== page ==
Ace the Interview: Tackle Tough Questions and Prep Like a Pro
June 20, 2019
Interviewing for a new job can be nerve wracking. With so much riding on making a great impression, it’s easy to feel overwhelmed. So, it’s no surprise that two-thirds (67%) of millennials feel uneasy about job interviews. Almost 40% would rather spend an entire weekend cleaning out their garage than meet with a hiring manager, 15% of millennials feel so nervous they could throw up before every interview, and 80% admit to being stumped by interview questions.
But don’t let your fear leading up to interviews get in your way of landing the job that you want. We know it gets easier the more you work on it, so we are introducing a new suite of interview prep tools to help you practice and prepare for interviews more effectively. With millions of jobs on LinkedIn, we have all the resources you need to find -- and land -- the right job for you.
Here’s a sneak peak of the expert advice featured in the tool on how to crush some of the most commonly asked interview questions:
Question #1: Tell me about yourself.
Resist the urge to go line by line through your experience, and instead, talk about what’s not on paper. Career Coach Jenny Foss suggests sticking to the SHE formula -- Succinct, Honest and Engaging -- to give the interviewer enough info to interest them without going on and on. And as always, preparation is key, so be sure to check out the job description in advance so you can describe your strengths as they map back to the position’s desired skills.
Question #2: What is your greatest weakness?
Employers are looking for self-awareness and personal accountability with this question, and Hiring Manager Gene Finley IV says it's good to be honest, humble and authentic about what you’re not great at. Don’t choose a weakness that could disqualify you from the role -- like lack of attention to detail if you’re applying for a copy editor position. Share something authentic, and be sure to explain what you’re doing to actively improve on this weakness -- have a plan going in!
Question #3: Why should we hire you?
Lead with your qualifications, advises Hiring Manager Joey Zumaya, starting with the three or four best reasons that show you’re qualified for the job. Paint a picture -- cite results, credentials and other people’s praise -- so that it’s easy for the interviewer to imagine what you’d bring to the role and the company.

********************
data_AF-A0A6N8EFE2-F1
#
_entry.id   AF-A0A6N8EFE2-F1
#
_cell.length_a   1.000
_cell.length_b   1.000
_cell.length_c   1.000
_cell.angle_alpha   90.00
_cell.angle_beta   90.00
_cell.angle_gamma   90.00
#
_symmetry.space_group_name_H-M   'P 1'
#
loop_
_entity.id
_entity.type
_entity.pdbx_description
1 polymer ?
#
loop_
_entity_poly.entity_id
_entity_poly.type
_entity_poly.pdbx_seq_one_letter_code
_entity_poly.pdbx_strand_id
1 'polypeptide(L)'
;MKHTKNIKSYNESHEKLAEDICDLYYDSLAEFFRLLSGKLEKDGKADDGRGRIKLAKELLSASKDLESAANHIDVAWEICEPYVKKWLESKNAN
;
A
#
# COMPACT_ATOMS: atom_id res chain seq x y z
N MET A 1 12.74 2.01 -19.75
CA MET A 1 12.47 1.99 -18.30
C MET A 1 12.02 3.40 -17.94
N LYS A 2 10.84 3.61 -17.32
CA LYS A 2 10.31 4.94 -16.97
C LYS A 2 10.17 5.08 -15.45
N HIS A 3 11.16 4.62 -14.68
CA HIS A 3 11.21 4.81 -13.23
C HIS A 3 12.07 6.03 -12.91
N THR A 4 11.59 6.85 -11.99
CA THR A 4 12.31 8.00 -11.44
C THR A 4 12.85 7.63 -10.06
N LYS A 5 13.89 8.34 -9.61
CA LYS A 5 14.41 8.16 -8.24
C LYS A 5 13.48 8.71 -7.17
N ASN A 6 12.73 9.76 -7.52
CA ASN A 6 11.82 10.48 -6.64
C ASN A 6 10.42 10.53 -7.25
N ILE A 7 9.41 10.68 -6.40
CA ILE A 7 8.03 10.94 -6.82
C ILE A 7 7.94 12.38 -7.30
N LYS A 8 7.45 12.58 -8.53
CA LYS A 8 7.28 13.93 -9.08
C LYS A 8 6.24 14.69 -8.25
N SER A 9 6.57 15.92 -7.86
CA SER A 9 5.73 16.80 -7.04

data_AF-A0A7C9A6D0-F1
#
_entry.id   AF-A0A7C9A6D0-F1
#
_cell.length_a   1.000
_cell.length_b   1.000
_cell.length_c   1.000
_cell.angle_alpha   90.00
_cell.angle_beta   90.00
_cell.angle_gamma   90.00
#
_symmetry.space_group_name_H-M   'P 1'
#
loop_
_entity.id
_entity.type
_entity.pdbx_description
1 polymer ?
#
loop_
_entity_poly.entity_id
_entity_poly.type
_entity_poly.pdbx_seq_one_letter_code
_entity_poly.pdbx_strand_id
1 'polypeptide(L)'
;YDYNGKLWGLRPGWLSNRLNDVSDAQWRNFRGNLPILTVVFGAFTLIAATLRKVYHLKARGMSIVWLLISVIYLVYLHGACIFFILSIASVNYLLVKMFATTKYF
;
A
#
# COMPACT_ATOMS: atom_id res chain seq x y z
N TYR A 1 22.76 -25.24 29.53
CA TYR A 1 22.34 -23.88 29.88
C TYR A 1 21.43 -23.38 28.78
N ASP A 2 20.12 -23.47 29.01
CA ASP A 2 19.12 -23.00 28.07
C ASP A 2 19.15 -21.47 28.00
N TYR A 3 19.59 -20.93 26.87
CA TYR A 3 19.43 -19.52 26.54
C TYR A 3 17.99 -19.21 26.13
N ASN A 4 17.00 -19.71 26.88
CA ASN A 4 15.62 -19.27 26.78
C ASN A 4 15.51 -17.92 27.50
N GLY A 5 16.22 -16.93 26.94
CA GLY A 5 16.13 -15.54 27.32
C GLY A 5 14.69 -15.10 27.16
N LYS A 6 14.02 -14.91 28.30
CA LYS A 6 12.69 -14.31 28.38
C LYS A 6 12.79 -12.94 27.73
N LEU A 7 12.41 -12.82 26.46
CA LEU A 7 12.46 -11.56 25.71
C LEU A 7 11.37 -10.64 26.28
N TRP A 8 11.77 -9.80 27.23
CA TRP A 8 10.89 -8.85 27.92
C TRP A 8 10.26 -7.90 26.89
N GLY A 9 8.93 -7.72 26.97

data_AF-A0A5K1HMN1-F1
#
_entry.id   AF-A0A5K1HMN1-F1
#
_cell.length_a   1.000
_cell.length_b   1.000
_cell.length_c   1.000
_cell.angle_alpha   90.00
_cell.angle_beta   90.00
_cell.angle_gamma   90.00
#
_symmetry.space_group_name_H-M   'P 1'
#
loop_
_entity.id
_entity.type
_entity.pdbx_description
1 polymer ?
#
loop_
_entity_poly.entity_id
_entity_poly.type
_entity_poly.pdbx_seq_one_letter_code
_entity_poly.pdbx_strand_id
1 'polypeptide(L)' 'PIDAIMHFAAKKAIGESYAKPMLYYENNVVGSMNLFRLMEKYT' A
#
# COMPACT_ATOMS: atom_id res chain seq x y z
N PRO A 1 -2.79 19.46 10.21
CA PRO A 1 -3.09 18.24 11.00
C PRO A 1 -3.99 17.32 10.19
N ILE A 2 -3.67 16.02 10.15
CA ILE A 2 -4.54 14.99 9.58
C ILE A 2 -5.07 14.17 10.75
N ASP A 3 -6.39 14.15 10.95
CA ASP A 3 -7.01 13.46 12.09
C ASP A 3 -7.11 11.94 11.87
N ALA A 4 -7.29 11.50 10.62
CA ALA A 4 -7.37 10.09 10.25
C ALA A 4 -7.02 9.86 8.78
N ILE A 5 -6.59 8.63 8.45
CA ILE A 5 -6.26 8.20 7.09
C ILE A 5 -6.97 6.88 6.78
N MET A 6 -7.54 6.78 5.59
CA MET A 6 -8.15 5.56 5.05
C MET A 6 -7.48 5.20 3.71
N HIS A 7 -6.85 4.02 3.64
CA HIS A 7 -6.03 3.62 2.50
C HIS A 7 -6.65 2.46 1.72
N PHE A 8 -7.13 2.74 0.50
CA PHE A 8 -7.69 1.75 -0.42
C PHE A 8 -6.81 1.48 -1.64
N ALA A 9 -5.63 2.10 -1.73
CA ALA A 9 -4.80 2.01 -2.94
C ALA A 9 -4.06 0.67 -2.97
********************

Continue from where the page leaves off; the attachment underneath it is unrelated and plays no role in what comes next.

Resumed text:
Question #4: What would your coworkers say about you?
While your coworkers might love your “mad skills” on the company kickball team, Foss recommends share something that relates to the job description and back it with an example, like that time you were a team player by helping a colleague get to the finish line with a big project they were working on. To get ideas, look at your recommendations and reviews on LinkedIn, and mention it to the interviewer so they can read the whole review. Be confident and succinct -- this is your chance to #humblebrag and it’s okay to shine.
Question #5: Tell me about a time you failed or made a mistake.
Career Strategist and Coach Linda Raynier says to use a compelling and honest story, explaining why it was a mistake, what you’ve learned and any steps you’ve taken to show that you’re “working on it.” To help ground your story and keep from going off the rails, use the SAR framework -- Situation, Action, Result.
Study the company. Almost two-thirds (60%) of successful job seekers research everything they can about the company to help prepare for their interview. A great place to learn about a company’s mission, values and culture is on the organization’s LinkedIn company page. Don’t forget to check out recent company news announcements, and articles by and about its executives for insights into company direction and leadership.
Get up to speed on your interviewers. Take a look at your interviewers’ LinkedIn profiles to learn about their history at the company and to look for anything you might have in common -- whether it’s your alma mater, a favorite sport or a hobby. Making a personal connection is a great way to break the ice, and knowing about a person can help you prepare questions for them and anticipate what they will ask you.
Be ready to interview the interviewer. LinkedIn research shows that 41% of all interviewers say that asking well-informed questions is one of their top qualifications for a candidate. Think of this as your opportunity to use thoughtful questions to show what you know about the company, the role and your interviewers. It’s a great way to show that you did your homework and set yourself apart from other candidates.
Practice… and practice again. More than half (55%) of working professionals admit to an interview “fumble.” Nothing beats role-playing the interview to help you refine your story and smooth out the answers to questions so you won’t drop the ball. With the Videotape yourself feature of our new interview prep tool, you can record yourself and review it to self-critique.